Three major business groups alone—the US Chamber of Commerce, the National Association of Realtors, and the Business Roundtable—spent $56 million in the last three months of 2017 lobbying Congress to give them a massive tax cut. According to Public Citizen, 6,243 lobbyists—more than half of the total number of active lobbyists in DC—worked on the bill, which works out to 11 for each and every lawmaker in Congress.
For their effort, they got massive, permanent cuts to the corporate-tax rate. Republicans had talked about closing loopholes so that their cuts wouldn’t blow up the deficit, but that fell by the wayside, and in the end we’ll mostly be financing this huge giveaway through public debt.
Now many of the corporations that lobbied for the bill are trying to make what began as a historically unpopular law more palatable with a series of high-profile announcements crediting the tax cuts for investments that they’d already planned to make or touting one-time bonuses for workers.
Exxon Mobil CEO Darren Woods penned a blog post crediting the tax bill for playing a major role in the company’s plans to invest $50 billion in the United States over the next five years. This generated a slew of headlines along the lines of the one that appeared in Reuters: “Exxon plans major U.S. investments due to tax reform: CEO.” But according to an analysis of the company’s financial statements by Americans for Tax Fairness, that’s actually $2.7 billion less than the company invested in the United States between 2012 and 2016. And Bloomberg reports that the company’s investments dipped in the last couple of years after oil prices crashed, and the capital-investment plan represents nothing more than “a return to the oil giant’s spending habits before crude suffered its worst price rout in a generation.” (The company’s “fourth-quarter profit nearly quintupled after President Trump’s tax cuts gave the oil giant a big lift,” according to USA Today.)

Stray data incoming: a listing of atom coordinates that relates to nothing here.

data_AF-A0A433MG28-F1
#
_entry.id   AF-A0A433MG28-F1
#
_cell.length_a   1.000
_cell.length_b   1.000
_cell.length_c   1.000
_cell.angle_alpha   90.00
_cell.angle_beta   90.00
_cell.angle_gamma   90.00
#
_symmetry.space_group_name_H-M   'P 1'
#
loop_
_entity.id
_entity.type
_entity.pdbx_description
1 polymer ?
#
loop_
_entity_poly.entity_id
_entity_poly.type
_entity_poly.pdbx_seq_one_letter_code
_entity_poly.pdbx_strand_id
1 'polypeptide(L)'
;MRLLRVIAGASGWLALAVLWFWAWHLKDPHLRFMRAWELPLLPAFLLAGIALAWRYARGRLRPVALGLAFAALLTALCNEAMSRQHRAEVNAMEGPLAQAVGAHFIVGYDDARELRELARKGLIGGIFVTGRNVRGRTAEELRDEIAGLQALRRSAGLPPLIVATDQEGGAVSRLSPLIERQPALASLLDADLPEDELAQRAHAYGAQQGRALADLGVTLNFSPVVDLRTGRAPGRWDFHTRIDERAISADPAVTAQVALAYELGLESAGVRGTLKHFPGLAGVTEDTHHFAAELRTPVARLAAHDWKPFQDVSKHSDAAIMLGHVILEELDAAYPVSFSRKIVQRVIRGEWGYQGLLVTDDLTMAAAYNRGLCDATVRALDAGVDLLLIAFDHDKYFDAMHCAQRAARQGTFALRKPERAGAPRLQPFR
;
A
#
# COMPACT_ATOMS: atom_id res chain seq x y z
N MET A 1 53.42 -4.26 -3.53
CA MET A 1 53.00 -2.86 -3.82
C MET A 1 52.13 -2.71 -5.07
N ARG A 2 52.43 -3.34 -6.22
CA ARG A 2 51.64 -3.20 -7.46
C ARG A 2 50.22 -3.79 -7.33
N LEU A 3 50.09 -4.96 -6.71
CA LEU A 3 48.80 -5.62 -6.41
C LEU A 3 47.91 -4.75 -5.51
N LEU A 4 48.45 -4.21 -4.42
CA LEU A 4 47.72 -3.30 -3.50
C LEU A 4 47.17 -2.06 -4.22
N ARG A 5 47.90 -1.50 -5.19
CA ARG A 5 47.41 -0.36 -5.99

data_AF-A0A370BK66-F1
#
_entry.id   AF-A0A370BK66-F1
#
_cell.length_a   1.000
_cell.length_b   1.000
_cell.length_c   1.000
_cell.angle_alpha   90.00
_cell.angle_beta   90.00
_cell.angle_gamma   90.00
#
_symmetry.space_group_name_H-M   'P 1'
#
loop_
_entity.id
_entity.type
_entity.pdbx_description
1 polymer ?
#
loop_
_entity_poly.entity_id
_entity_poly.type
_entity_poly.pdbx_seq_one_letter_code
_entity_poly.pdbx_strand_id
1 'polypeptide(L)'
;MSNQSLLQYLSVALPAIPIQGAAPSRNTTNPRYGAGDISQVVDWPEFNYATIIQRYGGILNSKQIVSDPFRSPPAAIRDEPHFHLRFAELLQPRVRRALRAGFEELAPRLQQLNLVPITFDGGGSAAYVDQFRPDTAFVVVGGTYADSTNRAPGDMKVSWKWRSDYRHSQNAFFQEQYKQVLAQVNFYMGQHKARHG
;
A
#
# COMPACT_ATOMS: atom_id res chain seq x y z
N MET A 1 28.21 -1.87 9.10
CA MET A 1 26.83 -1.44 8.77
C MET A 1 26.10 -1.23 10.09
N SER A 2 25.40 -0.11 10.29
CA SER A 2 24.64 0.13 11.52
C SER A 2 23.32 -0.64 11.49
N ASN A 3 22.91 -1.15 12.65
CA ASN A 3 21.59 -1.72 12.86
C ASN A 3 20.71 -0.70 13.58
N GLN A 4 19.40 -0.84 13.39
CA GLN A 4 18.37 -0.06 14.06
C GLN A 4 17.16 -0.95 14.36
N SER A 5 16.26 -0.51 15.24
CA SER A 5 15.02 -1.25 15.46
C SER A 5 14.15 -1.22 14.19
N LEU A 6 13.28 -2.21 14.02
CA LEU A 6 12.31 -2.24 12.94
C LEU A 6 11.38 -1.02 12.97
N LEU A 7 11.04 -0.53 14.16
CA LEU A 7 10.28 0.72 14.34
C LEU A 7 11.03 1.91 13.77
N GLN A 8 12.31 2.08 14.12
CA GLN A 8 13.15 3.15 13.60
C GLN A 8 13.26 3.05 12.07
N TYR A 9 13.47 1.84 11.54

Disney made headlines when it announced that it would give 125,000 theme-park workers a $1,000 bonus as a result of the cuts, but now the company is threatening to withhold those payouts from its unionized workers if they don’t accept an offer for a new contract with a 50-cent hourly wage increase—an offer the union rejected in December. The unions representing them are now accusing the media giant of illegal labor practices for holding the bonuses hostage.